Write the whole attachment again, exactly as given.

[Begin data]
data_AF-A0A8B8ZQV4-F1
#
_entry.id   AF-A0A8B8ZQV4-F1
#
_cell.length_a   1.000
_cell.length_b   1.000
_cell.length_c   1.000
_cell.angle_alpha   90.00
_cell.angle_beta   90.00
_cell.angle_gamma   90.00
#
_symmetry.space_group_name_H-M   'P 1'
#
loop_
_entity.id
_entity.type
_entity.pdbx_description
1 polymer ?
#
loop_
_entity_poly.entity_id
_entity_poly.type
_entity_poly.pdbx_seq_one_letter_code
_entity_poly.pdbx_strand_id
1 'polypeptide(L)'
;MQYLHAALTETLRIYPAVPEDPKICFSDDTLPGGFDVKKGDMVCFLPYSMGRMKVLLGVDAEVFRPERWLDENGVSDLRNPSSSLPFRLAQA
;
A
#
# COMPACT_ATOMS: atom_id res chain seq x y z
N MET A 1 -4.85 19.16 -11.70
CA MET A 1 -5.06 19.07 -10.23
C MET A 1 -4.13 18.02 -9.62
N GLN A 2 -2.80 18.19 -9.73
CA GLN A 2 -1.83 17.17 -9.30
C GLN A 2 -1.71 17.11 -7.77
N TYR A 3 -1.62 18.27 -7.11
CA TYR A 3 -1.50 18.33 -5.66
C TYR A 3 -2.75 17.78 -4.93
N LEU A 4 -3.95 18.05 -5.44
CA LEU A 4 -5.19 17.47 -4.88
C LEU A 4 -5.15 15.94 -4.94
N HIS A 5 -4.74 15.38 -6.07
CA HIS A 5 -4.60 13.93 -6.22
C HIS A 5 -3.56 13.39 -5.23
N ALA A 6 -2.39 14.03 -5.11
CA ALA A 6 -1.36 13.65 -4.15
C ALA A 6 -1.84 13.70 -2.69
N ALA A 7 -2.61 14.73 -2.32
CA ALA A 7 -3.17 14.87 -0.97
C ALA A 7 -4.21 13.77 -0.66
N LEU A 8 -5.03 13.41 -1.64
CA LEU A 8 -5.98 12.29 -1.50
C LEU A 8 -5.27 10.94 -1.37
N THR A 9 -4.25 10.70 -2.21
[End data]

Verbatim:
data_AF-A0A8B8ZQV4-F1
#
_entry.id   AF-A0A8B8ZQV4-F1
#
_cell.length_a   1.000
_cell.length_b   1.000
_cell.length_c   1.000
_cell.angle_alpha   90.00
_cell.angle_beta   90.00
_cell.angle_gamma   90.00
#
_symmetry.space_group_name_H-M   'P 1'
#
loop_
_entity.id
_entity.type
_entity.pdbx_description
1 polymer ?
#
loop_
_entity_poly.entity_id
_entity_poly.type
_entity_poly.pdbx_seq_one_letter_code
_entity_poly.pdbx_strand_id
1 'polypeptide(L)'
;MQYLHAALTETLRIYPAVPEDPKICFSDDTLPGGFDVKKGDMVCFLPYSMGRMKVLLGVDAEVFRPERWLDENGVSDLRNPSSSLPFRLAQA
;
A
#
# COMPACT_ATOMS: atom_id res chain seq x y z
N MET A 1 -4.85 19.16 -11.70
CA MET A 1 -5.06 19.07 -10.23
C MET A 1 -4.13 18.02 -9.62
N GLN A 2 -2.80 18.19 -9.73
CA GLN A 2 -1.83 17.17 -9.30
C GLN A 2 -1.71 17.11 -7.77
N TYR A 3 -1.62 18.27 -7.11
CA TYR A 3 -1.50 18.33 -5.66
C TYR A 3 -2.75 17.78 -4.93
N LEU A 4 -3.95 18.05 -5.44
CA LEU A 4 -5.19 17.47 -4.88
C LEU A 4 -5.15 15.94 -4.94
N HIS A 5 -4.74 15.38 -6.07
CA HIS A 5 -4.60 13.93 -6.22
C HIS A 5 -3.56 13.39 -5.23
N ALA A 6 -2.39 14.03 -5.11
CA ALA A 6 -1.36 13.65 -4.15
C ALA A 6 -1.84 13.70 -2.69
N ALA A 7 -2.61 14.73 -2.32
CA ALA A 7 -3.17 14.87 -0.97
C ALA A 7 -4.21 13.77 -0.66
N LEU A 8 -5.03 13.41 -1.64
CA LEU A 8 -5.98 12.29 -1.50
C LEU A 8 -5.27 10.94 -1.37
N THR A 9 -4.25 10.70 -2.21